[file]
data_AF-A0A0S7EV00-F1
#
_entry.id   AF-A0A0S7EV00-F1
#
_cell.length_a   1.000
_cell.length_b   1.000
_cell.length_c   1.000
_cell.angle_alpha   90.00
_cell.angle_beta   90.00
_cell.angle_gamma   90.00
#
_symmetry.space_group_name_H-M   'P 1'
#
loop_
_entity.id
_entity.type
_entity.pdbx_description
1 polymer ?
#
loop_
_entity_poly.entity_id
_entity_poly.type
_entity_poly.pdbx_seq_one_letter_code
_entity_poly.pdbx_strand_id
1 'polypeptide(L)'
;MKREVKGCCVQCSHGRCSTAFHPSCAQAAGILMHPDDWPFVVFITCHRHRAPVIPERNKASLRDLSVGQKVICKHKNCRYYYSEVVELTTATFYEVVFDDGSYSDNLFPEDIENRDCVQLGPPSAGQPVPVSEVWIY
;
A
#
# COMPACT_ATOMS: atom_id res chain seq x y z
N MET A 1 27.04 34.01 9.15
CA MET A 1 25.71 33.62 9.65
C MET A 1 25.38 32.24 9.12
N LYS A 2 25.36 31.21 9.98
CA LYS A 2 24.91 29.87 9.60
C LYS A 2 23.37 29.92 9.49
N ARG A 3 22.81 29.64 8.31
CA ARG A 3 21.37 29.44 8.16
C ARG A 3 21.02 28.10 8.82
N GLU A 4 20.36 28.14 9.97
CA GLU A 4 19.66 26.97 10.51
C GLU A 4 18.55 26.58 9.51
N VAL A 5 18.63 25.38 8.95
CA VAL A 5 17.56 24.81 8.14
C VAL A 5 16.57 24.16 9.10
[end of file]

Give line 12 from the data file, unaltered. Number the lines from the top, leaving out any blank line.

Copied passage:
_symmetry.space_group_name_H-M   'P 1'